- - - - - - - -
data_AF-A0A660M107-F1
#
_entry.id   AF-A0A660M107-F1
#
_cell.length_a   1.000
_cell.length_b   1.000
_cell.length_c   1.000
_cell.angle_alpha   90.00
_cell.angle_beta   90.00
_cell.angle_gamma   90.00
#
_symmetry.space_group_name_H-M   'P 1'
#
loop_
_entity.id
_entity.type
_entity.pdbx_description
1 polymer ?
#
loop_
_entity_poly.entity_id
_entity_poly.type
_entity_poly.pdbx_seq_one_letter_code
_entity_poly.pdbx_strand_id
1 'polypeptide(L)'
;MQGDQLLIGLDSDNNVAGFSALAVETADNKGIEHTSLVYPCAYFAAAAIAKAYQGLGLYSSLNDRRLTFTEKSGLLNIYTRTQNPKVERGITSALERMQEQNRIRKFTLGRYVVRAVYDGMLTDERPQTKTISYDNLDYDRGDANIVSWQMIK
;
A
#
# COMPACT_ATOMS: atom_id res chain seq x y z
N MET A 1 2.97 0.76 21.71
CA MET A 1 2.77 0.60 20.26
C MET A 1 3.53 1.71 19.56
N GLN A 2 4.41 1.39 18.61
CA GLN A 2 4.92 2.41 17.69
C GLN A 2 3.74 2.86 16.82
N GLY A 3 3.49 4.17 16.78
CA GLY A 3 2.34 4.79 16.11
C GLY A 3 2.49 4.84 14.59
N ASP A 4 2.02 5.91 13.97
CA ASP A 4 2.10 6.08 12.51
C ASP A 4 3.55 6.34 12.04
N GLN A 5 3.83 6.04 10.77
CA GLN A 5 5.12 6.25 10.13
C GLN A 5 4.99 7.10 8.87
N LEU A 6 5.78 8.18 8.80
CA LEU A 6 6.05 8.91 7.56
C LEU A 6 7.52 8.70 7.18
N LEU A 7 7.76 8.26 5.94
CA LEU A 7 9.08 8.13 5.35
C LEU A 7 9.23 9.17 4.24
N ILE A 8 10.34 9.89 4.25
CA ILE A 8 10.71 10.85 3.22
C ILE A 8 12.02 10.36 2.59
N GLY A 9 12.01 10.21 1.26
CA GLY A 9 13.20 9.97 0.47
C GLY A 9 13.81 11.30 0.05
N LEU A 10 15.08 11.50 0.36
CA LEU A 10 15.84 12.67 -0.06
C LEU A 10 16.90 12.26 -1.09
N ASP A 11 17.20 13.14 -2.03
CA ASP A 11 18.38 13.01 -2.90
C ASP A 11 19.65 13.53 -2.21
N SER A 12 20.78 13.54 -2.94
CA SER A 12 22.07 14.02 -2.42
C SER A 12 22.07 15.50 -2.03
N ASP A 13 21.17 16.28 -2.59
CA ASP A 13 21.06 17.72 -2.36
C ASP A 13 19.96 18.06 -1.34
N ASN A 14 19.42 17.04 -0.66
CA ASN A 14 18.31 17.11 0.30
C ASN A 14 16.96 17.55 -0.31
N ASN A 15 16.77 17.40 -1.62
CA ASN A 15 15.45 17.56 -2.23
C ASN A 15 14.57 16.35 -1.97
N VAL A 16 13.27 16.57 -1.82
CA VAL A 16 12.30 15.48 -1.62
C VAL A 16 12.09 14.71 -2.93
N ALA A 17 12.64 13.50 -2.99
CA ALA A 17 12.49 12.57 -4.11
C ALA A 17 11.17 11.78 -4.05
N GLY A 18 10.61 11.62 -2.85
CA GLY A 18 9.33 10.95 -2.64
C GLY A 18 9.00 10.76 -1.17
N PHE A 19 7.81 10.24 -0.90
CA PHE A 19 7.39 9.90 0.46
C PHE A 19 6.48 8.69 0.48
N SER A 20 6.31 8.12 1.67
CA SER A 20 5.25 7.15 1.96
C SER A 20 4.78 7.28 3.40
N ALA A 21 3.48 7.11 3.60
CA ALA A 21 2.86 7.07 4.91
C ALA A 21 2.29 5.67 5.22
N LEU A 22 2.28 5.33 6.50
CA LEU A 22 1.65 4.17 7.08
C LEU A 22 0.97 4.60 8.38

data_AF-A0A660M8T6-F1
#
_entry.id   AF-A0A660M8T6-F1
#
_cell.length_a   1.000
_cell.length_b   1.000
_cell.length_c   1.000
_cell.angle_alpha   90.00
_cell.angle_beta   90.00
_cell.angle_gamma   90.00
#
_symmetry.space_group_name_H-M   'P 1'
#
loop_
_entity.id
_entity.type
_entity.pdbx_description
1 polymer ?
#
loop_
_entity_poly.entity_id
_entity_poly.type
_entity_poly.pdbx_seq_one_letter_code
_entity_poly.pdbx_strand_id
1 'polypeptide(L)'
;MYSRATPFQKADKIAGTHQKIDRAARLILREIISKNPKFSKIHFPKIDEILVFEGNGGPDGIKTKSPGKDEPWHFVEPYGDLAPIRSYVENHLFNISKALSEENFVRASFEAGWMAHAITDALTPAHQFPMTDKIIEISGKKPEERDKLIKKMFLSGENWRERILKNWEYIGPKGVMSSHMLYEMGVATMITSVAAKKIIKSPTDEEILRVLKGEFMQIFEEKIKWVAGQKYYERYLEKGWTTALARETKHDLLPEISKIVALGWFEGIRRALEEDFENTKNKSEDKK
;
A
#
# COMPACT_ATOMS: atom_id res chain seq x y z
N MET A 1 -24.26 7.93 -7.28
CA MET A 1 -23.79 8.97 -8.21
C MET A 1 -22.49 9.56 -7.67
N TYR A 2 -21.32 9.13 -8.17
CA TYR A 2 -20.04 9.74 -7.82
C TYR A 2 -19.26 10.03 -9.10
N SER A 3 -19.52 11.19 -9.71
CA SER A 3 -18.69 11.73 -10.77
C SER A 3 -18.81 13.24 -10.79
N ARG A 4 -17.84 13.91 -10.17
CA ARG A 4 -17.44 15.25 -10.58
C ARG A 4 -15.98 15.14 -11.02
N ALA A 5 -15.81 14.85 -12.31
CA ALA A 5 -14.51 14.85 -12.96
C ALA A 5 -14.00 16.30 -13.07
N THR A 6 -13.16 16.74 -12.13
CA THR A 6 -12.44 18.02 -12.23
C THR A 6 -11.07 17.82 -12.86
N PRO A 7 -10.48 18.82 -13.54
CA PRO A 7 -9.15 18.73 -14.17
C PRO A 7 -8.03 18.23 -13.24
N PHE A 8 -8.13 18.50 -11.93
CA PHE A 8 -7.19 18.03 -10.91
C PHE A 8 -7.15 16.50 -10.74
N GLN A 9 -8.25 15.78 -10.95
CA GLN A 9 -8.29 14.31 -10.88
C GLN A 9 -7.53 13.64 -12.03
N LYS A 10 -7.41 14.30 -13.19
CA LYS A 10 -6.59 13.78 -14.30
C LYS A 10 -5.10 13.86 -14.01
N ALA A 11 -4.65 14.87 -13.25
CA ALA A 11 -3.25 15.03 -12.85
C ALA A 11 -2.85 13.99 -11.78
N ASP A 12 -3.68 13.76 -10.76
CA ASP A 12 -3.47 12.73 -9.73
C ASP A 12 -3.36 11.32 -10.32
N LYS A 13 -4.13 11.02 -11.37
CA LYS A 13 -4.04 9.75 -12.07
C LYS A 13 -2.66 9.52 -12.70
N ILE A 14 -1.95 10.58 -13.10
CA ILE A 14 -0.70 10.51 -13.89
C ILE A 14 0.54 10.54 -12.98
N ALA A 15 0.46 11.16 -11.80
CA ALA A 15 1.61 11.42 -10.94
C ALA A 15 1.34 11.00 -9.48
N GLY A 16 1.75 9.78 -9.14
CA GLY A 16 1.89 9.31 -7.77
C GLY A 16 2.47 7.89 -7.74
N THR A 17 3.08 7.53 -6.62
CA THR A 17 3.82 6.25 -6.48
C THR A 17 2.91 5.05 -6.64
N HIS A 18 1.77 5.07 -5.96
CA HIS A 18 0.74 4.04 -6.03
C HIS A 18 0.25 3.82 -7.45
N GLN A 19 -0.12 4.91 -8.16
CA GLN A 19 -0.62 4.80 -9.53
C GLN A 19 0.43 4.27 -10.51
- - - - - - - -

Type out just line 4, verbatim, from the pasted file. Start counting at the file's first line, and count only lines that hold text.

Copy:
#